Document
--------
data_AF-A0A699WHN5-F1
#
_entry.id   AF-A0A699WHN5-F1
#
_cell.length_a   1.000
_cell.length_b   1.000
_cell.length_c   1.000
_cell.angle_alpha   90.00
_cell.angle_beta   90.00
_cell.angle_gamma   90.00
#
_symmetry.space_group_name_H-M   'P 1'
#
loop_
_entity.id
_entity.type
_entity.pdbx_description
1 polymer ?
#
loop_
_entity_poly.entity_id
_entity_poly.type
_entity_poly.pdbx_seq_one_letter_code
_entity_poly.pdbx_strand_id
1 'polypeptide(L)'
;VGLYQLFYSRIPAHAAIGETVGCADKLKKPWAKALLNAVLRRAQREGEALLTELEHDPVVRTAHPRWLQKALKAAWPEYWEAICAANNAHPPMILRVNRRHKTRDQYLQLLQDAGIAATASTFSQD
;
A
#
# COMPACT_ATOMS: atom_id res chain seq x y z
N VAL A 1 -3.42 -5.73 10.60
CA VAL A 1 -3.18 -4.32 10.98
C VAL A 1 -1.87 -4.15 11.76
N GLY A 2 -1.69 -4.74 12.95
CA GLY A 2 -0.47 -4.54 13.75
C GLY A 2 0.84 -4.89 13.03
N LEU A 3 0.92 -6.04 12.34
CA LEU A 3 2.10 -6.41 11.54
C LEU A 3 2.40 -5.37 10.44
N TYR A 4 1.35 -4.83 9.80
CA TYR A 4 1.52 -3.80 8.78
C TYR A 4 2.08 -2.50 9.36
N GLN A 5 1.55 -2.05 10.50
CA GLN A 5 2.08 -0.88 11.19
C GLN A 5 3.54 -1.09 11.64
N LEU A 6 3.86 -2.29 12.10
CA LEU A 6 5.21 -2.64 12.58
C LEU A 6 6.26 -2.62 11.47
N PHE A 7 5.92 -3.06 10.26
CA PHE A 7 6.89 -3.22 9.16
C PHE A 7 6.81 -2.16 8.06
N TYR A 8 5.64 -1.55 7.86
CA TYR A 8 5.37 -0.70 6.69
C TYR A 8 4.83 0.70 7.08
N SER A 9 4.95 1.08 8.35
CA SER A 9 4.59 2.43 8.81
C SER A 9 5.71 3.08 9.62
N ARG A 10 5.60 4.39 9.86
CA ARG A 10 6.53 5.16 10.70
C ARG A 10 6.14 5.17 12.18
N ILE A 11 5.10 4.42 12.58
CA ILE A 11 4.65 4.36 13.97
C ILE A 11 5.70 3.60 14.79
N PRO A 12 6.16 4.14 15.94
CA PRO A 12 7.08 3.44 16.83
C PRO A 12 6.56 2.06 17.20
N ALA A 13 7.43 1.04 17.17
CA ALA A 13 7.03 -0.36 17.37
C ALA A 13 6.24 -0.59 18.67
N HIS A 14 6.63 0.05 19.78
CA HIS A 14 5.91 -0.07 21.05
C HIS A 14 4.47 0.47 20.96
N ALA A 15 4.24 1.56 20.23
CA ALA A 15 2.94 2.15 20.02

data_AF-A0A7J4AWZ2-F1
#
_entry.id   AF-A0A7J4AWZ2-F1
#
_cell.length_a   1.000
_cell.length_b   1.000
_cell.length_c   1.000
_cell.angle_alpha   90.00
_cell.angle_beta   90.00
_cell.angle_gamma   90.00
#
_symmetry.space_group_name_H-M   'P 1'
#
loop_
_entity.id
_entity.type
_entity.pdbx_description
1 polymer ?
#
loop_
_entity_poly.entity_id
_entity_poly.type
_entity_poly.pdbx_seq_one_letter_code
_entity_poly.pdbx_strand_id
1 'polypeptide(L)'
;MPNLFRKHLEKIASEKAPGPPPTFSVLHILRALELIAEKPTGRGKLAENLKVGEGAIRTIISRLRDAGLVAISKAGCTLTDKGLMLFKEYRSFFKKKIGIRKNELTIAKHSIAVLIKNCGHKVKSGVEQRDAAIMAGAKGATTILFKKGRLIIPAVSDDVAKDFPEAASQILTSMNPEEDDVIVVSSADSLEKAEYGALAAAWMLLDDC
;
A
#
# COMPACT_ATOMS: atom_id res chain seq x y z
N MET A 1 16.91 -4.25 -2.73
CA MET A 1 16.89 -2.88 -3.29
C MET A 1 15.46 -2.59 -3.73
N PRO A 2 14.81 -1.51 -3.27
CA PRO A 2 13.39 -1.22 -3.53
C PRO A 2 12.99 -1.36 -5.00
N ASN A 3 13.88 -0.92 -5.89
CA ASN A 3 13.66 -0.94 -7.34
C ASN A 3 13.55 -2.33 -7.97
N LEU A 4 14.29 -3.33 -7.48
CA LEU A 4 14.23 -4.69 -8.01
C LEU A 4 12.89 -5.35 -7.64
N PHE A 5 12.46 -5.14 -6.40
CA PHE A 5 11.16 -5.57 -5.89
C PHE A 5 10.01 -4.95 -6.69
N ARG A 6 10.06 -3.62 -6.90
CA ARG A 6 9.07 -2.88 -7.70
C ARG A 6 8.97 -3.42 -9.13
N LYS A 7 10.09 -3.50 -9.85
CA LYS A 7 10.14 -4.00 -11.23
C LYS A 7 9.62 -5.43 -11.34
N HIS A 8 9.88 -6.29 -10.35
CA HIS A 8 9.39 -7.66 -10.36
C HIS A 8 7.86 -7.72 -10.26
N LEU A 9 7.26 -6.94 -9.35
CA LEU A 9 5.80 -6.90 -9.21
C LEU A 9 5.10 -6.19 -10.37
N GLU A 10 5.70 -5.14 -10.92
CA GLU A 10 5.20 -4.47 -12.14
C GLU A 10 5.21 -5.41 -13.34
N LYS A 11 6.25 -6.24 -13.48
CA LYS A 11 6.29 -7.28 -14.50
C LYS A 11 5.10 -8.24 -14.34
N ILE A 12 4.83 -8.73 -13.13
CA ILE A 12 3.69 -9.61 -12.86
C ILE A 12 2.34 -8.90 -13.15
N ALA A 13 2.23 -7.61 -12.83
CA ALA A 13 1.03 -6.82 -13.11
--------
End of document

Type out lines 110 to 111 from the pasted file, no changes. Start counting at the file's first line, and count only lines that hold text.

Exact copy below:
C PRO A 2 12.99 -1.36 -5.00
N ASN A 3 13.88 -0.92 -5.89